The Journey Begins

My desire to achieve financial independence developed at a young age. Growing up, we had enough to get by, but my parents sacrificed a lot just to put food on the table. I remember thinking how I could grow wealthy and never have to want for anything later in life. I decided the path to achieve this was to go to university and find a job in a high paying field. Like most, I assumed once I was earning good money the rest would just fall into place. I was wrong. Sure, having a decent job gives you more capacity to invest, but it also gives you more capacity to consume. Instead of investing and setting myself up for the future, I enjoyed my new-found capacity to consume. Don’t get me wrong, I’ve lived a good life so far, seen much of the world, got married, had an amazing honeymoon, and laughed with friends along the way. But I never realised just how simple achieving my financial goals could be. I accept that this is my fault, however some of this blame I place on our school system. I struggle to understand why our school system is more concerned with Pythagoras theorem than teaching fundamental personal finance skills, and highlighting the magic of compounding interest. But then again, it’s good business to have a society of debt slaves.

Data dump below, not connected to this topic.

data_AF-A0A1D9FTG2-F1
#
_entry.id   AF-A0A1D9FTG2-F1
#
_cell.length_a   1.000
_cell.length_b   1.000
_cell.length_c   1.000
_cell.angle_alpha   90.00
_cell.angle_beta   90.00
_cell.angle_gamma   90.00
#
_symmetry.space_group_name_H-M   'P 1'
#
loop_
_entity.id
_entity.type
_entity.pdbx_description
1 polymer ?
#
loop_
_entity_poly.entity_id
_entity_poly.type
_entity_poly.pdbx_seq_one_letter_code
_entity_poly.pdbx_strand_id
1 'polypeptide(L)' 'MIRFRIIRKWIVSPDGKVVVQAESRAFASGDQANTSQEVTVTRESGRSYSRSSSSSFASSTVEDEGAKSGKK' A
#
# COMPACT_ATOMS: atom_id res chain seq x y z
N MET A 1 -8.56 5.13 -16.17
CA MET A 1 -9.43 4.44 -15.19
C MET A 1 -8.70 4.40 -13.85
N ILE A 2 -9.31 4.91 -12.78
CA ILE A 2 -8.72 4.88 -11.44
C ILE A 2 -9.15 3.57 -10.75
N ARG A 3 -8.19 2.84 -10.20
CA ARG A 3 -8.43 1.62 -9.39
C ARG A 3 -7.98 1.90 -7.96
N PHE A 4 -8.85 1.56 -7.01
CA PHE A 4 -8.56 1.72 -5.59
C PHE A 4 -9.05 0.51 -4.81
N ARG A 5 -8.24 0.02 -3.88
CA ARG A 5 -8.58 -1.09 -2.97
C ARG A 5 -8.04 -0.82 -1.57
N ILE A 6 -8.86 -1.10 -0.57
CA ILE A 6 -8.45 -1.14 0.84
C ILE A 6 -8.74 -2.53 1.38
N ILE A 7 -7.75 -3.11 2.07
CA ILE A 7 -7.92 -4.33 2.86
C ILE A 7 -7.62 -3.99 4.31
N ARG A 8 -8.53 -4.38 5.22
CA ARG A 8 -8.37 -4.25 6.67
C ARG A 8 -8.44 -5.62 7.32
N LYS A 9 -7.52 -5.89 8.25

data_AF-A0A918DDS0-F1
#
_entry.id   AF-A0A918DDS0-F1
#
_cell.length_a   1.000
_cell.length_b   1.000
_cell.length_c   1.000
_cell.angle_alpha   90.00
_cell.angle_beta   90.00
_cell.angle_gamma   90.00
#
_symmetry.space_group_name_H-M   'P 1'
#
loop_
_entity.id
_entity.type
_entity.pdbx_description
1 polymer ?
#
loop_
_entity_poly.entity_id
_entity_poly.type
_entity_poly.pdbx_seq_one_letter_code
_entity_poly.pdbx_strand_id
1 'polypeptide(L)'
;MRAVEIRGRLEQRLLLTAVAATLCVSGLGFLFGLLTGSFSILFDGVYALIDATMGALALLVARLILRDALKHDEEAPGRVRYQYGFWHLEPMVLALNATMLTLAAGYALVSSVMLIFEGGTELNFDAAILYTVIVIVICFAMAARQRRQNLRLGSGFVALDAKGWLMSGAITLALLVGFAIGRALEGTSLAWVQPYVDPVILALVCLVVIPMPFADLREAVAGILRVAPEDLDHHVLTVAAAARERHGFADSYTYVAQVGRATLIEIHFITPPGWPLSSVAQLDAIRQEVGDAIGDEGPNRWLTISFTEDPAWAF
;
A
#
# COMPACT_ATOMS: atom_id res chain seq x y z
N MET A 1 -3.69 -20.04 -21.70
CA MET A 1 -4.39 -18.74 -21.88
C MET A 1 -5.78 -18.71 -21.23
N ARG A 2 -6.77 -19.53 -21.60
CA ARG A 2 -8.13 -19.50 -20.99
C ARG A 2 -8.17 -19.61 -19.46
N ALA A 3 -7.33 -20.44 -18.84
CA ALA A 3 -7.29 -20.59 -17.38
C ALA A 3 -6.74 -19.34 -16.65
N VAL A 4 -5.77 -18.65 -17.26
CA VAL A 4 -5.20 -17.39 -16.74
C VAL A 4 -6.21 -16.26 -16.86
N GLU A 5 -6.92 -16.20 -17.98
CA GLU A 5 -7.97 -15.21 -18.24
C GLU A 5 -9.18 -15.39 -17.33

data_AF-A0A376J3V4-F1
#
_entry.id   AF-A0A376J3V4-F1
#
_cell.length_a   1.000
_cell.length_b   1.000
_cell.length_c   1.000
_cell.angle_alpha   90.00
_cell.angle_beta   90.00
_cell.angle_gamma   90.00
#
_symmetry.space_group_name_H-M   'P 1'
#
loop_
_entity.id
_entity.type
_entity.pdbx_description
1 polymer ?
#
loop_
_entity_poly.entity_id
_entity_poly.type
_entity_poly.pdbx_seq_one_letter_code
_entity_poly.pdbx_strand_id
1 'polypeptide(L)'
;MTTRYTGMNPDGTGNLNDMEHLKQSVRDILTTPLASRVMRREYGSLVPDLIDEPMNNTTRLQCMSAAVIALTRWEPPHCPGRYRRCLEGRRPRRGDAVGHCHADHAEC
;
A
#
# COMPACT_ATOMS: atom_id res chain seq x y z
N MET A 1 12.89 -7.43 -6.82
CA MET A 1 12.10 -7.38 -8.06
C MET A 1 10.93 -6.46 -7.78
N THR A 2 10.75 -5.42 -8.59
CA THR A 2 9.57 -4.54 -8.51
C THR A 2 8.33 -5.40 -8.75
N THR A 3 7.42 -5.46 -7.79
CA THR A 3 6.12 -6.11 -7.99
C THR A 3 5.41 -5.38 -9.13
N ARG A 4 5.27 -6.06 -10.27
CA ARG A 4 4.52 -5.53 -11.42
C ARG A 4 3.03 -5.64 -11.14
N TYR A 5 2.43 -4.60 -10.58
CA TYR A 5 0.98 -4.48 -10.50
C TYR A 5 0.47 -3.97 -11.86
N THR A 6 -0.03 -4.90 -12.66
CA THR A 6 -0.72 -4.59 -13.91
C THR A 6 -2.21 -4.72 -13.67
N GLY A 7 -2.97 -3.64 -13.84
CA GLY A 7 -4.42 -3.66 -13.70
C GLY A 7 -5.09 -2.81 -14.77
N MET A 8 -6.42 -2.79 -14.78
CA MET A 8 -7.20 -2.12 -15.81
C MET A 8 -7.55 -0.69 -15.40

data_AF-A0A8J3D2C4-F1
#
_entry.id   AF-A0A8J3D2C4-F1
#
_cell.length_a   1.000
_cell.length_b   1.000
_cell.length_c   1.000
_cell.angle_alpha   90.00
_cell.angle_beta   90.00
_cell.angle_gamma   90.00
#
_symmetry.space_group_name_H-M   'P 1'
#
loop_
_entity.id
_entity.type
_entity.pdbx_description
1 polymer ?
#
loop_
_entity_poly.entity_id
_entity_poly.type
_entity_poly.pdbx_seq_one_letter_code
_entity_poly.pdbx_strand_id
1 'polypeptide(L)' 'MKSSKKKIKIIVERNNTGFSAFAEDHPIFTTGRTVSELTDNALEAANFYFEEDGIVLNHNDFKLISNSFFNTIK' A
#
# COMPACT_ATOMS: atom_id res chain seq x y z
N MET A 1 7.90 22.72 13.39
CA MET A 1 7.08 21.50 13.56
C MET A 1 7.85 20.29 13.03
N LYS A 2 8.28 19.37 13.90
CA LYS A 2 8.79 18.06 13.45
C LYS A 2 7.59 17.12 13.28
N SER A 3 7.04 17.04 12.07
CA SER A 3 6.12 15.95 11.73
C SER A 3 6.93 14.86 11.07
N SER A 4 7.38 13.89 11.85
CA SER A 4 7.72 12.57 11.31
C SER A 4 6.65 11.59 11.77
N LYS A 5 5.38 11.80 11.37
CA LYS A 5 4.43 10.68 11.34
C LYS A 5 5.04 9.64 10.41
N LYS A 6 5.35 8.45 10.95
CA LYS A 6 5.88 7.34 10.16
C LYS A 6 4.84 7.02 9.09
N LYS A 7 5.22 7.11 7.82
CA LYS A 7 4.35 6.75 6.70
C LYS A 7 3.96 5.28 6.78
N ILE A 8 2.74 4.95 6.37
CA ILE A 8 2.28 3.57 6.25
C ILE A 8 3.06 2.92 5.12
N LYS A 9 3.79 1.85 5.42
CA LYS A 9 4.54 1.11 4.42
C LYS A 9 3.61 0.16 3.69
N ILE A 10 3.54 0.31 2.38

The growing housing affordability crisis in Sydney has made me somewhat disillusioned, with the median house price being 12.9 times median household income. I find it utterly absurd that people are willing to commit to paying over $1 million for a three-bedroom weatherboard house built 40 years ago. Of course, there are other areas in Australia that are affordable, but even the notion of signing a 30-year contract has never sat well with me. There had to be another way to achieve financial independence.


I stumbled across the FIRE methodology while browsing my favourite forum. Here I was led to the likes of Aussie Firebug, and Mr Money Mustache. I was immediately hooked. It was a massive light bulb moment for me. Everything made complete sense, from the simplicity of investing in ETFs vs multiple properties, to the Trinity Study safe withdrawal rate. I was utterly amazed, and honestly somewhat pissed off that I had just wasted the last 10 years of my working life. I now could see a path to financial independence. I decided that I too would blog my experience as I work towards my target of $1.5 million invested across a range of ETFs, to keep myself accountable, but also to provide another example that this can be done, and that you too don’t have to subscribe to the great ‘Australian dream’.



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